Heads Up: Building Energy Efficiency – Volume 2, Issue 10 (October)


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Volume 2, Issue 10

Moving forward with energy benchmarking policies in Canada

The importance of energy benchmarking and the development of policies that promote this energy-saving strategy was a key topic at the 2015 Canada Green Building Council’s Building Lasting Change conference held in June in Vancouver.

“Participants in voluntary benchmarking measures typically tend to be the best managed buildings and have the highest building performance,” says Nat Gosman.

Nat Gosman, Director of Energy Efficiency policy for the B.C. Ministry of Energy and Mines and a speaker at the conference, noted that energy benchmarking provides building owners and managers with a foundation of energy literacy and an understanding of the effectiveness of their conservation measures and retrofits. He also stated that benchmarking provides data for governments to develop new energy management policies and programs.

Gosman was one of three speakers at a panel discussion on The Drive Toward a National Energy Benchmarking Strategy in Canada, along with Ross MacWhinney, policy advisor for New York City’s sustainability department, and David Ramslie of the Integral Group.

The panel discussion focussed on current policy drivers and potential policy changes as new tools to encourage energy benchmarking. Such policies can not only further efficiency improvements of existing building stock, but also nurture the growing interest and support for energy benchmarking policies in Canada.

“Participants in voluntary benchmarking measures typically tend to be the best managed buildings and have the highest building performance,” said Gosman. “And regulation will increase participation significantly.” Panel speakers agreed that phasing in energy benchmarking will be important to help poor building performers without resources to get on board.

In Europe and the U.S., where some jurisdictions have already implemented energy benchmarking policies, real market transparency, through public data reporting, translates into higher valuations and lower vacancy rates.

Ramslie highlighted Energy Star Portfolio Manager as the pre-eminent tool for energy data collection and analysis. He also discussed the importance of public disclosure of data and data verification. MacWhinney added that in Europe and the U.S., where some jurisdictions have already implemented energy benchmarking policies, real market transparency, through public data reporting, translates into higher valuations and lower vacancy rates.

Canada is catching up. For example, the Province of Ontario and the City of Toronto are consulting on a potential mandatory energy reporting and benchmarking requirement for large commercial and multi-unit residential buildings. Ramslie noted that such reporting would be phased in and would call for owners to submit annual reports on energy and water consumption, as well as greenhouse gas emissions.

Nat Gosman said that B.C. is moving forward with potential options for energy benchmarking under the Climate Leadership Plan. The province is also developing a model benchmarking policy framework that will soon be put forward to decision makers in jurisdictions across B.C.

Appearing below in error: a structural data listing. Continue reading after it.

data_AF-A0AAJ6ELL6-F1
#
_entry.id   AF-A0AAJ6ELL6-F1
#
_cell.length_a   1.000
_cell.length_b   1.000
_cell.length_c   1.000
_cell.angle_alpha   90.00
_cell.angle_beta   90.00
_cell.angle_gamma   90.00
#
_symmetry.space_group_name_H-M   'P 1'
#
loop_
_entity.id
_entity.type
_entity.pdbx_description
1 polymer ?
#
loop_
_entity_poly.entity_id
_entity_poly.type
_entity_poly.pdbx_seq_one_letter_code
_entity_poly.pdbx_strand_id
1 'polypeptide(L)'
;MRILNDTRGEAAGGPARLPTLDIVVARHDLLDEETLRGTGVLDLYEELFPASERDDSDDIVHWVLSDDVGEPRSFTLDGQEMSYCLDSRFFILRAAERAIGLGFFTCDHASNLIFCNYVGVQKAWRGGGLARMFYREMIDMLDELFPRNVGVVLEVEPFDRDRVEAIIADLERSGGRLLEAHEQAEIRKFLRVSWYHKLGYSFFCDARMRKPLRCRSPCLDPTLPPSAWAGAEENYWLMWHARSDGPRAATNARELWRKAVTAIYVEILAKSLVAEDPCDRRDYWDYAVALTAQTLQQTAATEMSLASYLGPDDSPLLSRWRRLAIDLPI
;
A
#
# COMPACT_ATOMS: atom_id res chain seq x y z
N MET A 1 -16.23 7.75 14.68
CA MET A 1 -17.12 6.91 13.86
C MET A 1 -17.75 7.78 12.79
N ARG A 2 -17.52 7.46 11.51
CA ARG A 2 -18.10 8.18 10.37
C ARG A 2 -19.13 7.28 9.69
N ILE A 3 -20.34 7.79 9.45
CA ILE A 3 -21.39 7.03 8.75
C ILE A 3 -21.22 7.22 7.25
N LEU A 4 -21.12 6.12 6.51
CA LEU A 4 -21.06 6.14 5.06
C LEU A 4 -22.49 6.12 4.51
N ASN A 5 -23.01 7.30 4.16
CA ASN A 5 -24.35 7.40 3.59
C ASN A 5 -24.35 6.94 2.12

For information and further resources on energy benchmarking, visit NRCan’s Why benchmark performance and the benefits of benchmarking.

For the full articles on the conference, and the Toronto, Ontario and B.C. perspectives on energy benchmarking, visit:

Energy Reporting and Benchmarking - Toronto and Ontario, for more information about energy benchmarking in Toronto and Ontario.

Energy benchmarking in Canada, to find out what B.C. is doing in energy benchmarking.

Canadian Coalition for Green Health Care wins the 2015 ENERGY STAR Advocate of the Year award

Energy Star

The Canadian Coalition for Green Health Care was this year’s recipient of the ENERGY STAR Advocate of the Year award for its efforts in facilitating the adoption of ENERGY STAR products within Canada’s health services sector.

The Coalition has been working to green Canadian health care for the past 15 years at the national, provincial and local levels. The organization’s mission is to promote the wise use of energy resources and to increase energy conservation awareness. ENERGY STAR has been integral to realizing this mission and to helping health care facilities reduce operating costs.

The HealthCare Energy Leaders Ontario (HELO) initiative, launched in 2014 by the Coalition, has been promoting energy conservation in Ontario health care facilities through a variety of approaches. The HELO team has, for instance, helped facility managers better understand ENERGY STAR options that would reduce their electricity consumption and environmental footprint.

HELO experts have conducted walk-through audits and delivered opportunity assessment reports that outline the benefits of installing ENERGY STAR equipment. With the help of HELO, organizations have learned how to secure incentives from the Independent Electricity System Operator (IESO) and natural gas providers.

Completed energy conservation projects in Ontario’s health care facilities have already saved 1.1 megawatts (MW) of electricity demand and 4.6 gigawatt-hours (GWh) of energy. If fully implemented, projects currently in the design and construction stages would save the Ontario health care sector $15M annually in utility costs. Many of these savings are the result of ENERGY STAR product installations.